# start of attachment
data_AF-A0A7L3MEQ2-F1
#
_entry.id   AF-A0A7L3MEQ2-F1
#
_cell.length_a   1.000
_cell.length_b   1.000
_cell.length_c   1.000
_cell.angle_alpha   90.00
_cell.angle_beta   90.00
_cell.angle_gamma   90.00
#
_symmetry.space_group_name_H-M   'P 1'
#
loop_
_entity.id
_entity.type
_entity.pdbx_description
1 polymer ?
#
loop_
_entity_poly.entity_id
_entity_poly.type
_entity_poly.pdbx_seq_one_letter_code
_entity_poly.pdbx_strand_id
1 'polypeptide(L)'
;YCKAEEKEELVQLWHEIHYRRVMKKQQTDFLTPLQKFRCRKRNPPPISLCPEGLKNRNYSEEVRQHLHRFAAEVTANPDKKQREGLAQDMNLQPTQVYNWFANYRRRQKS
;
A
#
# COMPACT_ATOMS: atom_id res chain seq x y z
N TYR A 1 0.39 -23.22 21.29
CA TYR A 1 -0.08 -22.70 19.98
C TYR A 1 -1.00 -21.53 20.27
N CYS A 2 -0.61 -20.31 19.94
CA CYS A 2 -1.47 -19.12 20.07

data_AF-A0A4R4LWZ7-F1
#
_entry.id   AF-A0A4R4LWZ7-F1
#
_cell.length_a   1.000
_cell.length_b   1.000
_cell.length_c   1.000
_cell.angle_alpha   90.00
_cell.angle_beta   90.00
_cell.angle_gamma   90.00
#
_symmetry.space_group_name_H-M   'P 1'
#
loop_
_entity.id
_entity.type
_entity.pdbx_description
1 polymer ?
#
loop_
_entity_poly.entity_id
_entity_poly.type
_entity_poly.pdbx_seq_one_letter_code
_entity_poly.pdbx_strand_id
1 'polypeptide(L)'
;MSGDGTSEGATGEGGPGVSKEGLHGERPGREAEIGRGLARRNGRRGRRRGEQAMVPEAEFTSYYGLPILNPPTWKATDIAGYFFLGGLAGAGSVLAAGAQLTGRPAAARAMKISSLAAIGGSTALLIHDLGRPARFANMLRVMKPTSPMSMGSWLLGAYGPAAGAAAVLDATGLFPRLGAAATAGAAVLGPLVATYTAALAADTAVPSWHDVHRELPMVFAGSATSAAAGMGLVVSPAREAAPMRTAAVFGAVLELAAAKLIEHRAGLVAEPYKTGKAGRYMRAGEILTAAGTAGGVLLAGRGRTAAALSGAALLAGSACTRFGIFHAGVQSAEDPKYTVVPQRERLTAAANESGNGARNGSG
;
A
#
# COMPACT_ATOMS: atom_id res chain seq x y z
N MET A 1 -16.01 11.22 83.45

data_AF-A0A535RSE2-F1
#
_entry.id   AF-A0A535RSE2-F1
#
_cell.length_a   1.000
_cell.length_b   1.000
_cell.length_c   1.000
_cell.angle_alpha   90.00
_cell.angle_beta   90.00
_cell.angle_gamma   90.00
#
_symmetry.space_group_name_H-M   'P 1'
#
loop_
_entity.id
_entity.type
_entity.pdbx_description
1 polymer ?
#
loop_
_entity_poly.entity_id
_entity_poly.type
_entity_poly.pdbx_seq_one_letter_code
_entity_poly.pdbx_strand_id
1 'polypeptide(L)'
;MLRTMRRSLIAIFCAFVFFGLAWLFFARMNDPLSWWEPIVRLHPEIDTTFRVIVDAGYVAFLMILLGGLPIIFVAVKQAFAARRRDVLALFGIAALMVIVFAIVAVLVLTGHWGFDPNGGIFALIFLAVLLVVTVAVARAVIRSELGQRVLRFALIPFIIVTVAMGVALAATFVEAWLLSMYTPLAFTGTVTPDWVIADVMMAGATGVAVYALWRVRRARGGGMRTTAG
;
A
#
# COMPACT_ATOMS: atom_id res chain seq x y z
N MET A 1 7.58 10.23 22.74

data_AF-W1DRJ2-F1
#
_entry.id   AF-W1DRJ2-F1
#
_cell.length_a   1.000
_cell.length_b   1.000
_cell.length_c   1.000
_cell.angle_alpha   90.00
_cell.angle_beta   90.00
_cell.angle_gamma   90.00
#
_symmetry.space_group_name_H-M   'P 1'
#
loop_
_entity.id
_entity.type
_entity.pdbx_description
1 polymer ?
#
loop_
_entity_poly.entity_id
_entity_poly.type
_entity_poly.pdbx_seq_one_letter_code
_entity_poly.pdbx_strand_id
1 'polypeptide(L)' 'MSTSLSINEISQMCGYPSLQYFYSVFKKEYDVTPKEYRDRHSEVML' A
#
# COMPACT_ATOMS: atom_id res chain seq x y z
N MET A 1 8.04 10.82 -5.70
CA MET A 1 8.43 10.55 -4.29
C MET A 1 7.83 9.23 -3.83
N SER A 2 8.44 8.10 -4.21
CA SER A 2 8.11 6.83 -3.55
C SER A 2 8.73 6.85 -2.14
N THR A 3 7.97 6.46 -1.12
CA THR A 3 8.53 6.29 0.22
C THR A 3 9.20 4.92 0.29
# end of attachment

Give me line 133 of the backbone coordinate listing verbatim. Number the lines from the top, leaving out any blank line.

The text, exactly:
C THR A 3 9.20 4.92 0.29